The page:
But the reality is that even within the pop music world there is some absolutely incredible music that is made … though honestly when it comes to songs that hit the ‘top of the pops these days’ there is precious little quality or creativity. Which is sad, really – because I know the talent is out there, it just isn’t getting heard.

Going back through the decades it is fairly easy to pluck out top selling songs that are incredibly artistic and inventive and original. I decided to only pick from the pre-sample and pre-auto-tune era, as a simple dividing point (meaning pre-1990). So I decided to do a ‘Top 20’ … but then realized I had 23 so I threaded the rest in with others. Oh well. Enjoy!

1. Bee Gees – How Can You Mend a Broken Heart

The Bee Gees are forever tied to the disco era and therefore dismissed … but they had a bunch of huge hits before Saturday Night Fever, and this song is just amazing. Deep and complex and with a tremendous sense of building urgency.

2. Joni Mitchell – Hejira

Joni Mitchell transitioned from writing songs for others to becoming a master folk singer to a pop star and then … this. She kept progressing musically with alternate tuning structures, using her voice as if it was a jazz saxophone. Yet it remains beautiful and haunting.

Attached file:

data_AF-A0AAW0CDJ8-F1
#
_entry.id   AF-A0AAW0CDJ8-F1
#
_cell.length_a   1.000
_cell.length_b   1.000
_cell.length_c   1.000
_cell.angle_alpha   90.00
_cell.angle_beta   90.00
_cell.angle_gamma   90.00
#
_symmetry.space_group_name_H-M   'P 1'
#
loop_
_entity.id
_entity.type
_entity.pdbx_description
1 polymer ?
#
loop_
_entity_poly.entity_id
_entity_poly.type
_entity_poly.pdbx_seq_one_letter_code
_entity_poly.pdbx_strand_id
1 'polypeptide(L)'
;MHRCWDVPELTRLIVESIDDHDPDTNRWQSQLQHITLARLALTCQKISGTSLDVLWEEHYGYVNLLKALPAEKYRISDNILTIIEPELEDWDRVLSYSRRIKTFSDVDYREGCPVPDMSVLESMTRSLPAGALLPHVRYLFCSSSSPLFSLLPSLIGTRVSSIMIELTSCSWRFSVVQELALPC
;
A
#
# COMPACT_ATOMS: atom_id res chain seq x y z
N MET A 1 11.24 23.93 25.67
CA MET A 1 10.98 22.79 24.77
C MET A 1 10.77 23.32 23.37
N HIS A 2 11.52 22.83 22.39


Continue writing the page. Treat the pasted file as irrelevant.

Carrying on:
3. Stevie Wonder – Overjoyed

Sure I could have plucked from Stevie’s ‘golden era’, songs like ‘I Wish’, ‘Higher Ground’ and so on, but this classic from a decade later reminds us WHY he is more than just a pop star, he is a pure musical genius.

Jazz saxophonist Richie Cole did a great cover version, but the CD is out of print and never was released digitally (I have way too many CDs from the mid-late 80s like that!)

4. Dionne Warwick – Say a Little Prayer

You would never guess that the verse is in 10/4 time and the chorus in 11/4 time, very complex meters for such an accessible song.

Blind Avant-garde multi-saxophonist Roland Kirk did a cover a year later that brought in the civil rights aspects … seriously, check this one out: